]. The suppression of proinflammatory cytokines can partially reduce inflammation; although these drugs are currently available for clinical use, they are not highly effective and have significant side effects [
      • Mendell J.R.
      • Sahenk Z.
      Clinical practice. Painful sensory neuropathy.
      ,
      • Minami M.
      • Katayama T.
      • Satoh M.
      Brain cytokines and chemokines: roles in ischemic injury and pain.
      ]. Many plants and their compounds used in traditional medicine might be useful in alleviating inflammation and inflammatory pain [
      • Calixto J.B.
      • Otuki M.F.
      • Santos A.R.
      Anti-inflammatory compounds of plant origin. Part I. Action on arachidonic acid pathway, nitric oxide and nuclear factor kappa B (NF-kappaB).
      ,
      • Calixto J.B.
      • Campos M.M.
      • Otuki M.F.
      • et al.
      Anti-inflammatory compounds of plant origin. Part II. Modulation of pro-inflammatory cytokines, chemokines and adhesion molecules.
      ]. As a traditional Chinese medicine, The Tripterygium wilfordii Hook. f. often used for treating inflammatory diseases [
      • Qiu D.
      • Kao P.N.
      Immunosuppressive and anti-inflammatory mechanisms of triptolide, the principal active diterpenoid from the Chinese medicinal herb Tripterygium wilfordii Hook. f.
      ], which is a vine-like member of the celastraceae plant family, and triptolide was the major active ingredient. Previous studies have shown that the triptolide could inhibit TNF-α, IL-1β, and nitric oxide production in microglia [
      • Qiu D.
      • Kao P.N.
      Immunosuppressive and anti-inflammatory mechanisms of triptolide, the principal active diterpenoid from the Chinese medicinal herb Tripterygium wilfordii Hook. f.
      ]. The triptolide could effectively protect neurons from inflammatory damage through inhibiting microglial activation [
      • Li F.Q.
      • Lu X.Z.
      • Liang X.B.
      • et al.
      Triptolide, a Chinese herbal extract, protects dopaminergic neurons from inflammation-mediated damage through inhibition of microglial activation.
      ]. These data indicated that triptolide could significantly repress the immune response; however, it was still unknown whether triptolide had beneficial effects in treating inflammatory pain especially the acute ones. In the present study, we tested the triptolide-inhibited hypersensitivity and further tried to explore the underlying mechanism.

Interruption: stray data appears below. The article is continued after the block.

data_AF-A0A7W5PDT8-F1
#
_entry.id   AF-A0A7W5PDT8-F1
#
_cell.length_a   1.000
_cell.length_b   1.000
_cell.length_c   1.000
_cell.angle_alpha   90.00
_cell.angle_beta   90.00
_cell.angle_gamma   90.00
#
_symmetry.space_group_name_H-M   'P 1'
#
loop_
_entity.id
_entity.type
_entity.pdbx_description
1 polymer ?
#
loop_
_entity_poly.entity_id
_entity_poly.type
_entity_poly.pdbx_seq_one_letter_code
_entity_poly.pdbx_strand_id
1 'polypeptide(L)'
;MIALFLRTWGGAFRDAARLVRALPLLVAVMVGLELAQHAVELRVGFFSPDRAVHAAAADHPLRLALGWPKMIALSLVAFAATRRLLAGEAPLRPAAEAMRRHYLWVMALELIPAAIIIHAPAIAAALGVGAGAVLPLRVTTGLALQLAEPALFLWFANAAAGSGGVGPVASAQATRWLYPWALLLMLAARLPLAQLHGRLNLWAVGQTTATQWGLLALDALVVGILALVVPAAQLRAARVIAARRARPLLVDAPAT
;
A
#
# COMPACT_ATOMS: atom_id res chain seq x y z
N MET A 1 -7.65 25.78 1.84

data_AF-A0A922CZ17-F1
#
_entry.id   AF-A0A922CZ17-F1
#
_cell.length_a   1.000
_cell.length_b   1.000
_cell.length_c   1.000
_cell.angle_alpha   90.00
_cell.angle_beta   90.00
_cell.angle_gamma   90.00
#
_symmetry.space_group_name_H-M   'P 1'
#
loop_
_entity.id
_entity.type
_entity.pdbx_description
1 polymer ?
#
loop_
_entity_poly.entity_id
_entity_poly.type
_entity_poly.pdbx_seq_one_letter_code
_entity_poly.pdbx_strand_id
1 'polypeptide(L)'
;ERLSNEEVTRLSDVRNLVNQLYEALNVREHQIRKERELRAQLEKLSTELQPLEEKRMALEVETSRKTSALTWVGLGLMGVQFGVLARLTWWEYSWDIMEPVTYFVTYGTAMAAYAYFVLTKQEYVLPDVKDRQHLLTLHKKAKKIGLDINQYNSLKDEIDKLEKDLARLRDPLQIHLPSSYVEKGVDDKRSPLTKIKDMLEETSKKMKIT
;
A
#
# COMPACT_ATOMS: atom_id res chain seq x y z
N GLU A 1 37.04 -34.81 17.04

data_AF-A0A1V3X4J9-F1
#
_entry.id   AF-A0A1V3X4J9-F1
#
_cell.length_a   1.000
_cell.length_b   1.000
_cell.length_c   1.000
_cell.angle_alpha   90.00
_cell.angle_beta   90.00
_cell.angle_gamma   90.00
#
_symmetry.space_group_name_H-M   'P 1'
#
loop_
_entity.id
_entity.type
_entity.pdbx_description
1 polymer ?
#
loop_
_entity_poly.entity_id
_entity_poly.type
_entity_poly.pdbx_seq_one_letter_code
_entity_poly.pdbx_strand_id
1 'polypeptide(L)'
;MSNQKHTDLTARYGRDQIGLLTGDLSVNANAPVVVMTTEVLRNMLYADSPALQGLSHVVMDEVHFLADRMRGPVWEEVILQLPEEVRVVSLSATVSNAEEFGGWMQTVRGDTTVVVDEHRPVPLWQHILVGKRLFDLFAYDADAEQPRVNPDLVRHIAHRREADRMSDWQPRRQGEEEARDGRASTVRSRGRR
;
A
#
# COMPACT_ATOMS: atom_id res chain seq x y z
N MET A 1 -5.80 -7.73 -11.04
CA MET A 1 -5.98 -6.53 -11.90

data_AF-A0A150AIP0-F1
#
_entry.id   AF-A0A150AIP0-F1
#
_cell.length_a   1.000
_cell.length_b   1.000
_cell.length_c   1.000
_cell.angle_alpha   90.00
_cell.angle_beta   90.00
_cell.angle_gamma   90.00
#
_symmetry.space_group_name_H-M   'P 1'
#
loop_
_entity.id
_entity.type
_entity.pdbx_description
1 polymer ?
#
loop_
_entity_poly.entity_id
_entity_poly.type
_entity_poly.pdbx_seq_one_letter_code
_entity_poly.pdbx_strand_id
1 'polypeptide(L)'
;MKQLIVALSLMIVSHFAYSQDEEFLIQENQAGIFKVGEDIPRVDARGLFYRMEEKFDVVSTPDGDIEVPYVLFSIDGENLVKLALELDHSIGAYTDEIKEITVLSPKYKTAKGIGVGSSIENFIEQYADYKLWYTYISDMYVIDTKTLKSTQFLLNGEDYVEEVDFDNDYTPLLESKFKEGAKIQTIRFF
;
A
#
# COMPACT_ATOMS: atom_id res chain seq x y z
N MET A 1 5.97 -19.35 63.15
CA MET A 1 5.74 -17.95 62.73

2. Materials and methods

      2.1 Animals

      Male Sprague Dawley rats (180–220 g) were used in the study; rats were housed in a temperature-controlled environment at 22°C–25°C and 12-h light/dark cycle. The animals were free to food and water. The Animal Care and Use Program is fully accredited by the Association for Assessment and Accreditation of Laboratory Animal Care, International. The minimum number of animals were used to demonstrate consistent effects.
      The study was approved by the Ethical Committee of Animal Research at the PLA 302 Hospital, Beijing, China. All experiments were conducted in accordance with the Institutional Committee for the Care and Use of Animals and guidelines from the Ethical Standards for Investigations of Experimental Pain in Conscious Animals [
      • Zimmermann M.
      Ethical guidelines for investigations of experimental pain in conscious animals.
      ] and the International Association for the Study of Pain.

      2.2 Drug injection

      Thirty-six rats were randomly divided into six groups: saline, saline + triptolide (T), saline + U0126, Complete Freund's adjuvant (CFA), CFA + T, and CFA + U0126 (n = 6 for each group). The rats in the CFA and CFA + T groups were subcutaneously injected with 150 μL of CFA (Sigma, St. Louis, MO) in the plantar surface of the right hind paw while under light ether anesthesia. The CFA injection immediately induces local inflammation, paw swelling, and pain, which persist for at least 2 wk after injection [
      • Chang M.
      • Smith S.
      • Thorpe A.
      • et al.
      Evaluation of phenoxybenzamine in the CFA model of pain following gene expression studies and connectivity mapping.
      ]. The 18 rats in the saline, saline + T, and saline + U0126 groups were injected with 150 μL of physiological saline under identical conditions. The rats in the saline + T and CFA + T groups were treated with triptolide (100 μg/kg) during the period of day 2 (2 d before CFA injection) to day 7 (7 d after injection) [
      • Wang W.
      • Mei X.P.
      • Chen L.
      • et al.
      Triptolide prevents and attenuates neuropathic pain via inhibiting central immune response.